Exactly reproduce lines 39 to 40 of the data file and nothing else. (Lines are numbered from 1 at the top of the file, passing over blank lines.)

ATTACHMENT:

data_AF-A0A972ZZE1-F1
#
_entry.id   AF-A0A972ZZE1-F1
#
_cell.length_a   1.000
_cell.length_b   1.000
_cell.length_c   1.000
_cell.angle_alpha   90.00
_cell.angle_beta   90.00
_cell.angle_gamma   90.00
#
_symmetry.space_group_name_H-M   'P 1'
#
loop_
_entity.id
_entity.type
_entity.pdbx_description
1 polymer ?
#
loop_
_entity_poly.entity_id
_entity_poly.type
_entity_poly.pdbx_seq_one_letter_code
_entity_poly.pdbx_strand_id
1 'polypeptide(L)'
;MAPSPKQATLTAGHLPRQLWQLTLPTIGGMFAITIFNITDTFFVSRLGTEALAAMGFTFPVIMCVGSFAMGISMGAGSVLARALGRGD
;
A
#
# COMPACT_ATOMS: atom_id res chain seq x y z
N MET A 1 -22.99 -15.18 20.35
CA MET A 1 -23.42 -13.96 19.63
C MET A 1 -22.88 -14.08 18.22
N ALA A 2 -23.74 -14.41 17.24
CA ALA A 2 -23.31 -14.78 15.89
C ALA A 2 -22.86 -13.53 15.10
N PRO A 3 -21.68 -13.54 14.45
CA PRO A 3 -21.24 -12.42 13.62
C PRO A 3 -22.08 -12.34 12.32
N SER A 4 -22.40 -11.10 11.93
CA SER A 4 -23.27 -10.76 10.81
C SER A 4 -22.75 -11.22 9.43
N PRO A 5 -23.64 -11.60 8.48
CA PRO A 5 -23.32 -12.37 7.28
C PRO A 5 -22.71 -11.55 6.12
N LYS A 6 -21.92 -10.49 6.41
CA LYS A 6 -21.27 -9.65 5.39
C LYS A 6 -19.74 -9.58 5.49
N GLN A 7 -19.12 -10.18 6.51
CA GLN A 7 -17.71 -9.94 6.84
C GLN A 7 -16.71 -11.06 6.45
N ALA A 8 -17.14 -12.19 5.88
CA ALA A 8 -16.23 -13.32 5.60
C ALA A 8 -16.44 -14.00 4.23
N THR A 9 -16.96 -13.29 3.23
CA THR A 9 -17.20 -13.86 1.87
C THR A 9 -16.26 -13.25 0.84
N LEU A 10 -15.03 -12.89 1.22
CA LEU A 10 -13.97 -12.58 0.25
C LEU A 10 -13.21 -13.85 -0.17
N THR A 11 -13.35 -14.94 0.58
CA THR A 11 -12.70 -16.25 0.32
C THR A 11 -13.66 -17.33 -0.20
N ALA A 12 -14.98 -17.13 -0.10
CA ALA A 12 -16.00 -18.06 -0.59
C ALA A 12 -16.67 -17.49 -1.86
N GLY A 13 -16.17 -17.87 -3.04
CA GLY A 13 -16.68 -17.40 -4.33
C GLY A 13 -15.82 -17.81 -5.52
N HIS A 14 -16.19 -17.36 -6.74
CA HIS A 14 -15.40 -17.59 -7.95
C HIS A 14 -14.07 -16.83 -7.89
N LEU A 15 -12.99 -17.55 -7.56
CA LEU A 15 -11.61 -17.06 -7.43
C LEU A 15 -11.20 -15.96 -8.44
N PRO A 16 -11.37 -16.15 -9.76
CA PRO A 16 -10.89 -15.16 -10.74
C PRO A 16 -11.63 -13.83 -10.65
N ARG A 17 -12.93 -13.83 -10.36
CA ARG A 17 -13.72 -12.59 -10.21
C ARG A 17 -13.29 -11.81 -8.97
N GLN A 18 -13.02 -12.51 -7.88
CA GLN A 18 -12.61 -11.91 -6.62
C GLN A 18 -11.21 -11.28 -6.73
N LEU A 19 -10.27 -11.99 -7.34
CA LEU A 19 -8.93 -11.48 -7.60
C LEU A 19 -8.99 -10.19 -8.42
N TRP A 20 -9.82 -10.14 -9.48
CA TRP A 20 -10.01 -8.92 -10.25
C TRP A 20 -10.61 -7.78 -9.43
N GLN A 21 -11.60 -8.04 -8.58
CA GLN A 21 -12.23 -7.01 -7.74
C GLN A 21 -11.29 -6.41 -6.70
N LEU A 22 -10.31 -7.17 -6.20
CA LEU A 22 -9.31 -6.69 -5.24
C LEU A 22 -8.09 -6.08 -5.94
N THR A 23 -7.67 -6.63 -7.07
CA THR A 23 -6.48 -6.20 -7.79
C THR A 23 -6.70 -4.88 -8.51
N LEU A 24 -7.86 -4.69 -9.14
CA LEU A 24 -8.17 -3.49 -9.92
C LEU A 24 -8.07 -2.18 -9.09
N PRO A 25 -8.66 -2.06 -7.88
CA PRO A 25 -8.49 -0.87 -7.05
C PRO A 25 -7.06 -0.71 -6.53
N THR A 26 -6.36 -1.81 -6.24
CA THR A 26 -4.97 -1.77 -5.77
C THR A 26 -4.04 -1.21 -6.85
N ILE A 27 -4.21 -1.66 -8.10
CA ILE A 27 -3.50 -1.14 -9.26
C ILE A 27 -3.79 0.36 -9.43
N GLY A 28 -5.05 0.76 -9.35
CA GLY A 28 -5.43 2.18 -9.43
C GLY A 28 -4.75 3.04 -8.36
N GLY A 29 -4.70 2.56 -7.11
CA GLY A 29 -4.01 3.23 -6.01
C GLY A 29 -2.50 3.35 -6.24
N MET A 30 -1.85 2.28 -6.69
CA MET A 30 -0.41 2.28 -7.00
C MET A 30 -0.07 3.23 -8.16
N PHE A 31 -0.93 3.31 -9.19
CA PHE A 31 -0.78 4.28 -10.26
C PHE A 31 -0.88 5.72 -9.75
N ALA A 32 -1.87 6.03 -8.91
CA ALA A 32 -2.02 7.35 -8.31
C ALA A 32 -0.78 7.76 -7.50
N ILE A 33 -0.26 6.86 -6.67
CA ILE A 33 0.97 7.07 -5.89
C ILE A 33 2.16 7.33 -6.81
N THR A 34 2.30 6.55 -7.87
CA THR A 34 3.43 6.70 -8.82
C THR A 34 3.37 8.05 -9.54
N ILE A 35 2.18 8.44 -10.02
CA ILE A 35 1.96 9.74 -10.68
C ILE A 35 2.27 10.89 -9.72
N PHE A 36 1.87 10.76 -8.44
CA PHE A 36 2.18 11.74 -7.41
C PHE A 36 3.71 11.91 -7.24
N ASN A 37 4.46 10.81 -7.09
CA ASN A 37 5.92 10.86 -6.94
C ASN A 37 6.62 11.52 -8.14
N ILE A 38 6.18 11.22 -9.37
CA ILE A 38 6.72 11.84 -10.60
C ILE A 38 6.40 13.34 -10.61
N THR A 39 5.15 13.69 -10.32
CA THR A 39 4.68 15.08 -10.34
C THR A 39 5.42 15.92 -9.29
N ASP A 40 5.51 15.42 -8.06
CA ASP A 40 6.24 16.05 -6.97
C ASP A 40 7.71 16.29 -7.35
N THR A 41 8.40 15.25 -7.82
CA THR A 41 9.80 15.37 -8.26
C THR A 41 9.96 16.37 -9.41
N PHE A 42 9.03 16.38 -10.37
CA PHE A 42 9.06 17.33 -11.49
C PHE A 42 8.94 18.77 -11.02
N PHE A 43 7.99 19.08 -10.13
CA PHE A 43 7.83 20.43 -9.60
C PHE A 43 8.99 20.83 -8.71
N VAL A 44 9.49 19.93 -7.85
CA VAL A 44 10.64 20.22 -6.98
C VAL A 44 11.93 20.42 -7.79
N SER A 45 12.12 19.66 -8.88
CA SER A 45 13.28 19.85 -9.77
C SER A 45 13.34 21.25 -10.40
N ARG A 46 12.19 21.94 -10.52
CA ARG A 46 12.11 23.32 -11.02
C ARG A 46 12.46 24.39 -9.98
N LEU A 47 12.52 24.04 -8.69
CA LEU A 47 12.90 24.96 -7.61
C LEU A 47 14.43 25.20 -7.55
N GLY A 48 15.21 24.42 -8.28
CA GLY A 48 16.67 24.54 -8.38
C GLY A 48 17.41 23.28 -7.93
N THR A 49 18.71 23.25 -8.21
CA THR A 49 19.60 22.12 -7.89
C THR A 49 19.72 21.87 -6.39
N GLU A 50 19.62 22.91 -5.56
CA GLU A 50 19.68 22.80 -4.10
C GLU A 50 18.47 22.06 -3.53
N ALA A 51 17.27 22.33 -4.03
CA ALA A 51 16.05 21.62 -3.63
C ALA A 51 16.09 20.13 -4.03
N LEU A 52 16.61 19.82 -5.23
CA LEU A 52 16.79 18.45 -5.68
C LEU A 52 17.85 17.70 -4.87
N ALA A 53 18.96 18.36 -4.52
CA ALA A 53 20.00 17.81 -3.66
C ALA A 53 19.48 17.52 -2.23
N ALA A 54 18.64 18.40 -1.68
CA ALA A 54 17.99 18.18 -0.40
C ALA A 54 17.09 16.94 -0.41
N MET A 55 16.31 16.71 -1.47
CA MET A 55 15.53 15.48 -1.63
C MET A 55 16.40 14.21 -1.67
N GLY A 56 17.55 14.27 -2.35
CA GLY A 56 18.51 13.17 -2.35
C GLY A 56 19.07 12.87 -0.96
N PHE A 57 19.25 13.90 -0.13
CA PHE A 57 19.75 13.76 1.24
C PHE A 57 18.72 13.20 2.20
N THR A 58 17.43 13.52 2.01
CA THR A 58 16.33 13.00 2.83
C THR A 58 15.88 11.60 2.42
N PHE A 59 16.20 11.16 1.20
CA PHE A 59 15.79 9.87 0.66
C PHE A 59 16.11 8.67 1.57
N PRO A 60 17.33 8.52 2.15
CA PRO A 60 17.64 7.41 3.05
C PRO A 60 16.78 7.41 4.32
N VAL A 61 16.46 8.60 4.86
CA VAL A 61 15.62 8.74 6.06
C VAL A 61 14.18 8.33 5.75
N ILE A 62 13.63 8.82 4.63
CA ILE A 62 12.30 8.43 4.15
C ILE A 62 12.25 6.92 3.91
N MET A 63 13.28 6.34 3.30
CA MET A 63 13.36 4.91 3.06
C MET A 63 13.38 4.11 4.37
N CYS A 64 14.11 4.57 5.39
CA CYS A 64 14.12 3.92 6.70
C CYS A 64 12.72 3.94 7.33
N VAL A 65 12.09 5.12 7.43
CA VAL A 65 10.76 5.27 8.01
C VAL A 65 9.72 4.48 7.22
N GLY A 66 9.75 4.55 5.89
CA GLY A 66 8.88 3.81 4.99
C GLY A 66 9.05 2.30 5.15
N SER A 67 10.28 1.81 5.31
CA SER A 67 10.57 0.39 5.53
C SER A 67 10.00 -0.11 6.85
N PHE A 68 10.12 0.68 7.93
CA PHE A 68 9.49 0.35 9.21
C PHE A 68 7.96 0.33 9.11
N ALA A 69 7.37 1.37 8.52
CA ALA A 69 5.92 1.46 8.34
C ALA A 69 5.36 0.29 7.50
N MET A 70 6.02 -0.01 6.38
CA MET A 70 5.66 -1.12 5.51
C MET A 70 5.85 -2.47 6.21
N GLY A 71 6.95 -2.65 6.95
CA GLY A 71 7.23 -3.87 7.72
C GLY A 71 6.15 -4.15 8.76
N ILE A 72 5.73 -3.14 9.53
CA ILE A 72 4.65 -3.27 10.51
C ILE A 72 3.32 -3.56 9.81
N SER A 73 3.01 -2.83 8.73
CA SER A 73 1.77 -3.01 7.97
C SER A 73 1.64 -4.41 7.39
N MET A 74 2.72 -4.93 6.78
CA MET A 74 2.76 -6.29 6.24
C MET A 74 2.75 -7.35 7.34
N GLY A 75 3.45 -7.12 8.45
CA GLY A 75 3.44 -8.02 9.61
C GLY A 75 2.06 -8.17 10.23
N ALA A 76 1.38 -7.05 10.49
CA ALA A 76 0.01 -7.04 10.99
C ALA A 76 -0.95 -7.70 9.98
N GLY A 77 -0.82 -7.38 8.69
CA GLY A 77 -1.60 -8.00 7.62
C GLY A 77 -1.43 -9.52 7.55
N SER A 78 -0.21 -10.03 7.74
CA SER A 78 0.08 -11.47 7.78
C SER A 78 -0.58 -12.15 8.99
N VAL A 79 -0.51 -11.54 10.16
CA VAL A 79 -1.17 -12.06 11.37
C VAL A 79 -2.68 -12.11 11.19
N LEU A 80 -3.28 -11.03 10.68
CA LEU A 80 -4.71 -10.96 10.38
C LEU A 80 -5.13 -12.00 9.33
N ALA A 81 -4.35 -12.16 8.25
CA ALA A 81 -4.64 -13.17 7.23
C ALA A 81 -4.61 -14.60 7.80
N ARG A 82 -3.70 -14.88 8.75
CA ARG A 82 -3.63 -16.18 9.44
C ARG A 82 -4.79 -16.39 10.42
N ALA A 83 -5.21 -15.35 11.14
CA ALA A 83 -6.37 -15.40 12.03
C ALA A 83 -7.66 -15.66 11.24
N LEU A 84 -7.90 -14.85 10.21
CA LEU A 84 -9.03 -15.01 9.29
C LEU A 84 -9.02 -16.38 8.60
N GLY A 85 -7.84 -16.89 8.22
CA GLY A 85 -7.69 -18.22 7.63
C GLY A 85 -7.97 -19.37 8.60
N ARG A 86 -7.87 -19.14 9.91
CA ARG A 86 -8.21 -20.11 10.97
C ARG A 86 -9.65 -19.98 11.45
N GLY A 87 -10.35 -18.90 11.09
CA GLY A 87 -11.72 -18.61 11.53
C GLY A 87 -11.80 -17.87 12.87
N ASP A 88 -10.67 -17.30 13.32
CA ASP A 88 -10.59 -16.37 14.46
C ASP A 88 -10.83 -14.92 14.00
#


C PRO A 3 -22.08 -12.34 12.32
N SER A 4 -22.40 -11.10 11.93